Airport Noise Effort Continues Apace
East Hampton Town may have had its efforts to stem noise from aircraft using East Hampton Airport shot down in court, and found no success in a bid to have the Supreme Court review the case, but town board members are not giving up.
The town board is hoping to find leverage in Washington, D.C., that would result in an amendment to a Federal Aviation Administration reauthorization bill now before Congress that would give the town authority to impose airport rules. At the same time, through state legislation, the town is seeking to ensure that community members have a say in future decisions that could whittle away that authority.
That legislation, now awaiting Gov. Andrew M. Cuomo’s signature, would make acceptance of federal airport money subject to local vote, and “puts some of the decision-making power back into the hands of the community,” State Assemblyman Fred W. Thiele Jr. said in a recent press release.
Federal airport money comes from grants that carry an obligation to operate an airport according to Federal Aviation Administration dictates, outlined as “grant assurances,” which remain in effect for up to 20 years. While any entity that operates an airport must abide by F.A.A. rules, the degree to which local regulations may be imposed is in part dependent on the grant assurances in effect.
A 2005 memo from the F.A.A. to then-Congressman Timothy Bishop outlined the agency’s position and addressed the impact of a lawsuit settlement that invalidated several of the grant assurances that had been in place. With those grant assurances moot, and as long as no new ones were put in place, the memo stated the town had the right to restrict access to the airport in order to reduce noise.
The East Hampton Town Board would like to see those assertions codified by inclusion in the F.A.A. legislation pending in Congress. The existing town board has declined new F.A.A. grants to avoid further obligating the town but future town boards may do otherwise.
The town has drafted proposed amendment language that states that the last three town grant assurances expired as of Dec. 31, 2014; that the town is not subject to the Airport Noise and Capacity Act of 1990 and so is not required to follow a detailed application procedure, called a Part 161 study, to get F.A.A. permission to impose airport noise and access restrictions (unless it wishes to receive new F.A.A. grants), and that it would not be violating prohibitions by adopting such restrictions.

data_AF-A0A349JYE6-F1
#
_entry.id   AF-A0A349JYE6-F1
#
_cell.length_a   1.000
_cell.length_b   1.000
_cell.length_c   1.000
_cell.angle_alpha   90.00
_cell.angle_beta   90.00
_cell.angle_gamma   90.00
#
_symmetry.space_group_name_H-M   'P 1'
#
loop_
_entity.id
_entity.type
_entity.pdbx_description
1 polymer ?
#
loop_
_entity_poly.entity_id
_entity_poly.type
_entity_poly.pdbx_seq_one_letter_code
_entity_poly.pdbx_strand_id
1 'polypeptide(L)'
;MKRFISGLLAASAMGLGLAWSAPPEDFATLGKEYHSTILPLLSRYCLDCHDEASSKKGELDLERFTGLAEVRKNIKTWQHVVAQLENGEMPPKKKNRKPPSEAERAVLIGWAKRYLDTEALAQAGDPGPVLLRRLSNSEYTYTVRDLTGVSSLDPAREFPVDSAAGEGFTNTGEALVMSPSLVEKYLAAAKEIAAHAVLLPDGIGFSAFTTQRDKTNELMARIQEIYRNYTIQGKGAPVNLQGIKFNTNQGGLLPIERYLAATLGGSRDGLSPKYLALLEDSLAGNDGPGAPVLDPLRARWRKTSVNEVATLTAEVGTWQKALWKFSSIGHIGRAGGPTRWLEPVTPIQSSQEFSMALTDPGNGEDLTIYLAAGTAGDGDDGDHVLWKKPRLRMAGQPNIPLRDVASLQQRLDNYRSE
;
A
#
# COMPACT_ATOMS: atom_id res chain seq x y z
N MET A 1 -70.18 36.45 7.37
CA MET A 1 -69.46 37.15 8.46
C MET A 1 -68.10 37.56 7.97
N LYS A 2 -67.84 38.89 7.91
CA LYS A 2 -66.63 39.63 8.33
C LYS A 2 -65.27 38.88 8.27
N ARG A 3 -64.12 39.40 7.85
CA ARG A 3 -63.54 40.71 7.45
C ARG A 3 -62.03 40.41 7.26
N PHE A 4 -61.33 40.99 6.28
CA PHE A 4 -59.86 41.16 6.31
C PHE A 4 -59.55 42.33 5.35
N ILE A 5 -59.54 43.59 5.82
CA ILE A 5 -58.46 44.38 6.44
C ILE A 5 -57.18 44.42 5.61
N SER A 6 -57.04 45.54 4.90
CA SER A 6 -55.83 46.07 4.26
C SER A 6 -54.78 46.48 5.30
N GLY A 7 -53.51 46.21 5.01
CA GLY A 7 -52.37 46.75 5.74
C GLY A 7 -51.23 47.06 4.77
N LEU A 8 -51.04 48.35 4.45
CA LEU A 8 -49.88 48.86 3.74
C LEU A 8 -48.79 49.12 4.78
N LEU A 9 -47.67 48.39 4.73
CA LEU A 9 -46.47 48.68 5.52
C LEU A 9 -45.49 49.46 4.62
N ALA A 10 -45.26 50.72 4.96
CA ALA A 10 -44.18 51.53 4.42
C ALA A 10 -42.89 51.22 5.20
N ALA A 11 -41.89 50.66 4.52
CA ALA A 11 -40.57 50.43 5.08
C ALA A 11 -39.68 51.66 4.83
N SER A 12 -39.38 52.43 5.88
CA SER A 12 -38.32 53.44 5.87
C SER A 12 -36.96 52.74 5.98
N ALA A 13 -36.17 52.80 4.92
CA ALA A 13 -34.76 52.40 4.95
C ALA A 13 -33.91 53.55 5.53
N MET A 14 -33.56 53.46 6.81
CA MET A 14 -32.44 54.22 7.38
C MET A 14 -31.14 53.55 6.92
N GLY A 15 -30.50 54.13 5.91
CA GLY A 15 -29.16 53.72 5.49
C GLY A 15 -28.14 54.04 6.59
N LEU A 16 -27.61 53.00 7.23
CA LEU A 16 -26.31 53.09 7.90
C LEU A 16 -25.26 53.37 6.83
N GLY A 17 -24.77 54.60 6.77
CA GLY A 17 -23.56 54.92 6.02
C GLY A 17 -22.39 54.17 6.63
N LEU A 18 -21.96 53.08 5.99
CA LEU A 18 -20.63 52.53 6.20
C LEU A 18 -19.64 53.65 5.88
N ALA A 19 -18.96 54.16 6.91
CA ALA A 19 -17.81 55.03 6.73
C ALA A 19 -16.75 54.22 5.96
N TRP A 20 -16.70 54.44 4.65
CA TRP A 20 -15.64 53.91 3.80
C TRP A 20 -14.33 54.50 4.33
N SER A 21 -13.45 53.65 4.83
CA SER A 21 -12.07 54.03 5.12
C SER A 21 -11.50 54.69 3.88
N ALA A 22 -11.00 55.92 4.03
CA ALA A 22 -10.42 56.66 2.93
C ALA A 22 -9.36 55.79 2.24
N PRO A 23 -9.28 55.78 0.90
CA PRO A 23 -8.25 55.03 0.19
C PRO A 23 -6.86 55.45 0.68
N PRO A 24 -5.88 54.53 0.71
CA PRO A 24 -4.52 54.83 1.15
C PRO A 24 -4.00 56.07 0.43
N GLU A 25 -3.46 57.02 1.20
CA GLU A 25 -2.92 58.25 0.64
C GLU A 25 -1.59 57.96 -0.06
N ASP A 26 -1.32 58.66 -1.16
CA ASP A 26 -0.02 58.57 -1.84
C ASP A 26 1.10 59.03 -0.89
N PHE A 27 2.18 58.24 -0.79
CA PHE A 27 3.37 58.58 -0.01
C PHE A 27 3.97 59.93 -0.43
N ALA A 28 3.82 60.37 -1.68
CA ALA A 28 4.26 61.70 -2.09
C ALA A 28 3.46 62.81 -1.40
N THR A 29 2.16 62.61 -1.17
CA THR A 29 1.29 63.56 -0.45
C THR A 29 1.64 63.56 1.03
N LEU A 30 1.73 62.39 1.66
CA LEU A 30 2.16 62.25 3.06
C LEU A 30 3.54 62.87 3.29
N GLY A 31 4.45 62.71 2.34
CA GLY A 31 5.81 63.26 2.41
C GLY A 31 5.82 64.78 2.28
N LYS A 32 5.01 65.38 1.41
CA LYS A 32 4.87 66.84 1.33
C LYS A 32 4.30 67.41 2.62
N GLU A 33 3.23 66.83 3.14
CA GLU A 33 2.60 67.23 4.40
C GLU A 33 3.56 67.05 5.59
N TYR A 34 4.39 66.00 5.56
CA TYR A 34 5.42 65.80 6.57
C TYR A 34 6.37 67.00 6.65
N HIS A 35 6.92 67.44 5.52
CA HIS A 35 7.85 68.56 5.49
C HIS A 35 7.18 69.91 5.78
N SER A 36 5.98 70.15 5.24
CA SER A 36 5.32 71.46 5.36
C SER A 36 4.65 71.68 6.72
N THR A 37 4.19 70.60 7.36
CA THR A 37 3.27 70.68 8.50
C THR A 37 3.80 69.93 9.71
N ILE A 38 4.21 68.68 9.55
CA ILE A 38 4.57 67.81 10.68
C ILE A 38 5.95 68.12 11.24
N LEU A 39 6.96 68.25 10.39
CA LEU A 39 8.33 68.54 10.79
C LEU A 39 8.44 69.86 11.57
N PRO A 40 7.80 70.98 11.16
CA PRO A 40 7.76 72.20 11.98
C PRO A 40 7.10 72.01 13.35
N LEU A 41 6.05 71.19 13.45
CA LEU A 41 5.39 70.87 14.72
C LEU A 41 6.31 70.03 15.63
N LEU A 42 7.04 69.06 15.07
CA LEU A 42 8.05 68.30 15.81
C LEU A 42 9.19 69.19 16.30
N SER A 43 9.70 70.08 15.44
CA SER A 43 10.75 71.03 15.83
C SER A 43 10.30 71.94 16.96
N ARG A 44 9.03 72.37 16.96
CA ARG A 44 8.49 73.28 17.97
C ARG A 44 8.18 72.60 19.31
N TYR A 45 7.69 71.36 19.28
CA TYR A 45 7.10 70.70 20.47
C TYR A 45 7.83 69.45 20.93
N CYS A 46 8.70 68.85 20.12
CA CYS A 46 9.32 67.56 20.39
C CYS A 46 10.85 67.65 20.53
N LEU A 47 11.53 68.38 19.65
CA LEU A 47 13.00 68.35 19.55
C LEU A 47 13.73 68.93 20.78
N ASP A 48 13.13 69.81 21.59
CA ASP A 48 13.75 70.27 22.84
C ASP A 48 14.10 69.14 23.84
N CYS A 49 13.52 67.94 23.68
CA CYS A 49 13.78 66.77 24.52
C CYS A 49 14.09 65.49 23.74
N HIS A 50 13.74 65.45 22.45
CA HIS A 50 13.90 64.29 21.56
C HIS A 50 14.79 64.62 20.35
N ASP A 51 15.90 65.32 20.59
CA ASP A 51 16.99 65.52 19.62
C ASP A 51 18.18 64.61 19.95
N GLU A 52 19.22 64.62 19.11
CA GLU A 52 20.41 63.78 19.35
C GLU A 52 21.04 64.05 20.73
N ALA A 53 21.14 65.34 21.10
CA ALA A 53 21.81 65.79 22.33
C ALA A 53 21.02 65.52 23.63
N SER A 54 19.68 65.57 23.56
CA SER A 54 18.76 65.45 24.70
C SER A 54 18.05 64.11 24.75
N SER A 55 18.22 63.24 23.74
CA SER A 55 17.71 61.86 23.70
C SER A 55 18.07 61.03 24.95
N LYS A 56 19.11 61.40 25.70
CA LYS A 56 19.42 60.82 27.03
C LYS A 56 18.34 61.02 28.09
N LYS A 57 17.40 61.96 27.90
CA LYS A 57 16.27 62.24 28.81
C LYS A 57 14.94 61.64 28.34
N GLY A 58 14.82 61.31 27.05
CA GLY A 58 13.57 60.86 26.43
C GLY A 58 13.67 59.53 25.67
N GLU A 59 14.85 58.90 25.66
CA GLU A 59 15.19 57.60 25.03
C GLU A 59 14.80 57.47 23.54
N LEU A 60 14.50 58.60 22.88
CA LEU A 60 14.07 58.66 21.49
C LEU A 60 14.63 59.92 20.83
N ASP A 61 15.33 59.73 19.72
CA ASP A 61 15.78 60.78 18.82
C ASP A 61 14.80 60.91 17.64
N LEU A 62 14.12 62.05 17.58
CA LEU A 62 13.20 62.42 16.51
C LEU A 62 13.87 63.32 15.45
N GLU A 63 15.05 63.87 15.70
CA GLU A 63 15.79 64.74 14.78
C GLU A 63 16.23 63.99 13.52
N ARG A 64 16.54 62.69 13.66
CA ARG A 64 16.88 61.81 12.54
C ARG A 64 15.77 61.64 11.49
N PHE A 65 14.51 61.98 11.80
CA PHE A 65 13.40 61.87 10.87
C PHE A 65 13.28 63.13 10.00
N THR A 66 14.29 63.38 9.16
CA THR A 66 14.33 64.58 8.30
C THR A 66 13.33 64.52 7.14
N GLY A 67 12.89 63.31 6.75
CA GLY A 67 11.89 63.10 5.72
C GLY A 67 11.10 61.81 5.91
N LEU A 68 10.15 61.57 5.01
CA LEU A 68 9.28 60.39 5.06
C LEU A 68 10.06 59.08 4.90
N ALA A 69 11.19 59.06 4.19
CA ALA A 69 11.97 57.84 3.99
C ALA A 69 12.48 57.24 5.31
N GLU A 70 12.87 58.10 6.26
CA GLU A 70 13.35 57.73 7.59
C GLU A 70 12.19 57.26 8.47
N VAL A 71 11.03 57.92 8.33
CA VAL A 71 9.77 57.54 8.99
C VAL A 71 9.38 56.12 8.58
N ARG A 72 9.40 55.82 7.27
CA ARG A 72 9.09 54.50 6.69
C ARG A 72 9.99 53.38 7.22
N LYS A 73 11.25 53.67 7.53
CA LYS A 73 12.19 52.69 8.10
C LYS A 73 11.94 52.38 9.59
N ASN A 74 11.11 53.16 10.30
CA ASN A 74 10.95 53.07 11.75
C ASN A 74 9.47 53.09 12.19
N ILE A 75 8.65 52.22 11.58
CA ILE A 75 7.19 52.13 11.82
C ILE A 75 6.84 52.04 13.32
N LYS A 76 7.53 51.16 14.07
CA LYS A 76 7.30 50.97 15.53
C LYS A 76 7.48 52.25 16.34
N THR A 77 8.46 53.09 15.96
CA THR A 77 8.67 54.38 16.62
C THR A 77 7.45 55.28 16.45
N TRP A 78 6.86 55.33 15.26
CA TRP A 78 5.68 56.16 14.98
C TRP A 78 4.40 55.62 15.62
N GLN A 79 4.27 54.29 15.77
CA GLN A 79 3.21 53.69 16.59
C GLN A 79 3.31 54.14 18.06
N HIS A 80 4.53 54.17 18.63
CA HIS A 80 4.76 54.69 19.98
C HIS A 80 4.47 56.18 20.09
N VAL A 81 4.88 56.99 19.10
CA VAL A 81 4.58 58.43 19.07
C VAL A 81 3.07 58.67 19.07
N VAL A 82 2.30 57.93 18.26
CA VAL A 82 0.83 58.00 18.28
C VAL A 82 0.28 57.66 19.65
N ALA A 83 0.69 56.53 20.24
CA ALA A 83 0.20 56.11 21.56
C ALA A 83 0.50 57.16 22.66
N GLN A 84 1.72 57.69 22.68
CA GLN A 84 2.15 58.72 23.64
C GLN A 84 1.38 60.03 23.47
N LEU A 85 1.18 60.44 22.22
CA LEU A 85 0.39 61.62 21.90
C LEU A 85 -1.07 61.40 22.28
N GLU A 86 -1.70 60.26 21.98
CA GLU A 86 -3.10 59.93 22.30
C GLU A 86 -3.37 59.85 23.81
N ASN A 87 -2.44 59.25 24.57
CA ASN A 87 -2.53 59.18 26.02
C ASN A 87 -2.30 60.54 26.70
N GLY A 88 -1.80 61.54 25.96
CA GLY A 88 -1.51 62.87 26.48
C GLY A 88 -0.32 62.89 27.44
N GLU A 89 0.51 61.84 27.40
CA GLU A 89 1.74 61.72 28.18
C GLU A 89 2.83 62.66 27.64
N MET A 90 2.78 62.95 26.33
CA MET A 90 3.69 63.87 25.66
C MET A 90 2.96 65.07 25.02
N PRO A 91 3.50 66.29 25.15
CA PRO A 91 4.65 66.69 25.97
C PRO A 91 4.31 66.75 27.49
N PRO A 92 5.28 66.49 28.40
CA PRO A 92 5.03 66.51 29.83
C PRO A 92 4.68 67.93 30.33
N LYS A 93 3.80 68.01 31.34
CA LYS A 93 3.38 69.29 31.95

The state legislation awaiting the governor’s signature would allow East Hampton officials to hold a permissive referendum, or public vote, before accepting state or federal airport grants. Should a town board move to accept grants without holding a vote, residents would be able to force one by petition with the signatures of at least 5 percent of those who voted in the last gubernatorial election.
In an email this week, the Quiet Skies Coalition, an East Hampton group, urged residents to ask Mr. Cuomo to act on the bill, noting that it had taken Assemblyman Thiele and State Senator Ken LaValle, who co-sponsored the bill, three years to get it passed as home-rule legislation.
According to Kathleen Cunningham, who heads the Quiet Skies Coalition, the law “is the linchpin to next steps in taking back local control of this airport.” In an email, she also said, “Aviation interests will surely be pushing on the governor to let it die on his desk.”
With regard to the federal legislation, the town board this week called on members of the East End Supervisors and Mayors Association to reach out to New York’s Senators Chuck Schumer and Kirsten Gillibrand, and Representative Lee Zeldin, asking them to support the amendment. It is necessary, town officials wrote in a letter to East End officials, because legal actions filed by the National Business Aviation Association are pending that call into question whether the F.A.A. had the authority to settle the lawsuit.
“Regaining local control of East Hampton Airport and allowing our local community to put in place commonsense noise abatement measures is something the entire East End community supports,” said East Hampton Town Supervisor Larry Cantwell in the town board’s letter.
“The F.A.A. reauthorization bill is the perfect opportunity to clarify the intent of the 2005 settlement agreement and establish once and for all that the Town of East Hampton has local control over its municipally-owned airport,” Councilwoman Burke-Gonzalez said. “We appreciate any and all efforts by our congressional delegation to that end.”